Earlier this week, I wrote that it looks like GOP establishment figures might break for Trump over Ted Cruz. I had previously thought the establishment would migrate from one of the classic establishment governors (Christie, Bush, or Kasich) to Rubio as the first fallback, then Cruz, and then only Trump if he looked to be the inevitable nominee, but I confessed I was wrong:
I keep underestimating establishment distaste for Cruz . . . They echo David Brooks in the belief that he’s a “nakedly ambitious” and “selfish Machiavellian.” They roll their eyes at his anti-establishment assaults, detecting political opportunism where his supporters see principle. They’re convinced that general-election voters would agree, and that if he somehow won the presidency he’d happily discard his constitutional-conservative stances to keep it.
Republican Party leaders and prominent senators are sharpening their knives against Ted Cruz, expressing growing alarm over his candidacy as he continues to mount a serious threat in Iowa.
In interviews with CNN, a growing number of Republicans are beginning to echo remarks made by the likes of former Sen. Bob Dole and Iowa Gov. Terry Branstad, warning that the party would suffer deep losses down the ticket and risk electing a Democratic president if the Texas senator wins the nomination.
This is all consistent with the “we oppose him because he’s unelectable” theory. I don’t agree, but it’s at least a viable argument. Then there’s this:
A large number of GOP senators say Cruz’s divisive tactics, which have included describing his colleagues as part of a corrupt “Washington cartel,” will make it hard — if not impossible — to get behind him if he’s the nominee.
“It would be a major challenge because of the wounds that are deep,” said Indiana Sen. Dan Coats, who is neutral in the race so far.
“An awful lot of us really didn’t like to be targeted as corrupt, establishment bought by the lobby establishment,” Coats added. “It sure looks like someone was using it as a way to gain notoriety as the only true conservative in Washington.” (Emphasis added.)
Assuming CNN’s reporting is accurate, this is sheer crazy talk. Look, I get that senators are people — they have feelings and pride and don’t like to be called names. But talk through the hurt with your spouse or pastor, and then man up, get out there, and make it clear that you’re going to campaign your heart out for the GOP nominee. After years of tough election campaigns, food fights on cable television, and withering attacks on social media, Ted Cruz is the one who broke your spirits?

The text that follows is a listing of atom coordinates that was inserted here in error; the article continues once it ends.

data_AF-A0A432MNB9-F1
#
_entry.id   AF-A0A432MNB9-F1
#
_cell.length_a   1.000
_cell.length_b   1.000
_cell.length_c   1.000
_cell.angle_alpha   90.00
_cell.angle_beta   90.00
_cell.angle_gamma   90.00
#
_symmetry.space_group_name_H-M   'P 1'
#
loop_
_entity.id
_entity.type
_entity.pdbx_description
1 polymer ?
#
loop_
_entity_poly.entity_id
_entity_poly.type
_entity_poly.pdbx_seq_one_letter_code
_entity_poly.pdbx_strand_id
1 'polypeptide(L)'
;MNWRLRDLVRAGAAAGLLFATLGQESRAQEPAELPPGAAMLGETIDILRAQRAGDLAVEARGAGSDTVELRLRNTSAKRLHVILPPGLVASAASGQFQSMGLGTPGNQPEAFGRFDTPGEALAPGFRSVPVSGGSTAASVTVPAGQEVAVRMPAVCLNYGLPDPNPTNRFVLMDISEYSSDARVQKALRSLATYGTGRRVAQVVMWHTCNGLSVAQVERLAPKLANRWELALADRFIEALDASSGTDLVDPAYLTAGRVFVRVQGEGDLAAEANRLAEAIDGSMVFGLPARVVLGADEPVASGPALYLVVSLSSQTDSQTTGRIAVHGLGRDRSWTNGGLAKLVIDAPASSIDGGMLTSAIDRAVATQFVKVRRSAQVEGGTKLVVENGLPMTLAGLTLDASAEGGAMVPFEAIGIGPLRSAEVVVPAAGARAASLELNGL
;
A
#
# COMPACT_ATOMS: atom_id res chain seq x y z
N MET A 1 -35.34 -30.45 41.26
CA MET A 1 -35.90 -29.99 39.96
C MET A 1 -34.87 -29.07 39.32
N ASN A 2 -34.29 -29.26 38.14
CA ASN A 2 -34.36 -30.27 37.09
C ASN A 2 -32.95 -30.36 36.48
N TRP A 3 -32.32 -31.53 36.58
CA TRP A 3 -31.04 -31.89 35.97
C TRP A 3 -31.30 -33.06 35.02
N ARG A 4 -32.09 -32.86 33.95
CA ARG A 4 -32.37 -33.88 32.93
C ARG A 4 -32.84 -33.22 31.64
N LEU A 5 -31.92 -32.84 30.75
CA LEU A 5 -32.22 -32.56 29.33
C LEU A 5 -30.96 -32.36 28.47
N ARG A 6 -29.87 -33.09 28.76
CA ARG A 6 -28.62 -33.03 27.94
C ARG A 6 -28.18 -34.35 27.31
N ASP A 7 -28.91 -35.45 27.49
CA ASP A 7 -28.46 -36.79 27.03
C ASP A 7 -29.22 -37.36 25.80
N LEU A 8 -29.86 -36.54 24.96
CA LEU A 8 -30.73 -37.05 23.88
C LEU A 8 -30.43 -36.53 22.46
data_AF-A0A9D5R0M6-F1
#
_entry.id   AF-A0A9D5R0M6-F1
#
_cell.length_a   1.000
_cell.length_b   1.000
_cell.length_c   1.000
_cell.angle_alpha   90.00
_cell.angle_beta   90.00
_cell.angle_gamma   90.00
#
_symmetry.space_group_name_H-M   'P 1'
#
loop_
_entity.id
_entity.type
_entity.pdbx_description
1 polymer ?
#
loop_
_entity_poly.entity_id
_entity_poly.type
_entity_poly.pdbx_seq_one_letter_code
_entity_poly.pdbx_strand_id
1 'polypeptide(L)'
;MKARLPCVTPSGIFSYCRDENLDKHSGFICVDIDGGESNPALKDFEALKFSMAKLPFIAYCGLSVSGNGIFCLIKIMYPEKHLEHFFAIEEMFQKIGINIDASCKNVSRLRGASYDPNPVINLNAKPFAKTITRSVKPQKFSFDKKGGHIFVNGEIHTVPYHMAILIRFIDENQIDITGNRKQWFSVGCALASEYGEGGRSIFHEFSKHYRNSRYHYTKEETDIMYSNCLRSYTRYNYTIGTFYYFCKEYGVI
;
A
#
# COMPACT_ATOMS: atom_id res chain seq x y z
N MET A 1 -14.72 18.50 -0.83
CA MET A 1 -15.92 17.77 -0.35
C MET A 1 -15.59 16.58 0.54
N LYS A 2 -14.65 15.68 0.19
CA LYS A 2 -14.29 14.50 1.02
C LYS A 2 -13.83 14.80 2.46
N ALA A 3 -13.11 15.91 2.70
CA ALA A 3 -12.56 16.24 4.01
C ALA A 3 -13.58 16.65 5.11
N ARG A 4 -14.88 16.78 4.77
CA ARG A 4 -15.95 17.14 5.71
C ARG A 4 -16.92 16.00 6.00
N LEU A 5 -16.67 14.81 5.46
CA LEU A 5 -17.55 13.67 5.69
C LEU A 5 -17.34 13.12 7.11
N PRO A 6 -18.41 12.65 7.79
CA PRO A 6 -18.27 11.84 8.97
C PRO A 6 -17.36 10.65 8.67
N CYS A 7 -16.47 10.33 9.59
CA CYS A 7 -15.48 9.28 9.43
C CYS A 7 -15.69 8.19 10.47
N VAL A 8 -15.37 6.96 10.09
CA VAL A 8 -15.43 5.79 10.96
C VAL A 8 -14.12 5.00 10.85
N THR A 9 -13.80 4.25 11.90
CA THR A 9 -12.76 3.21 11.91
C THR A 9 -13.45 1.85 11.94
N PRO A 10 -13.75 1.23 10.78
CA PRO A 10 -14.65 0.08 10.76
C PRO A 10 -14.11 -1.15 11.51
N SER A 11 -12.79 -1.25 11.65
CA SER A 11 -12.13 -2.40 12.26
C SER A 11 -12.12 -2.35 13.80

As of now, it looks like establishment figures (not all of them, certainly) are either outright making their peace with the idea of a Trump nomination or somehow believing that pulling out all the stops to crush Cruz in Iowa will still leave them with enough running room in New Hampshire, South Carolina, and beyond to block Trump with someone else. They’re the seasoned political professionals. I’m not. But to this caveman lawyer, a triumphant Trump looks very, very hard to stop. He’s held yuuuge leads in New Hampshire, South Carolina, and multiple states in the SEC primary to follow. How is winning going to hurt him?
One final note — I remember in 2012 talking to GOP officials who expressed utter contempt for the notion that some conservatives might stay home rather than vote for Mitt Romney. Now, the shoe may well be on the other foot. Will the establishment follow its own counsel and seek the greater good even in the face of dashed dreams and hurt feelings?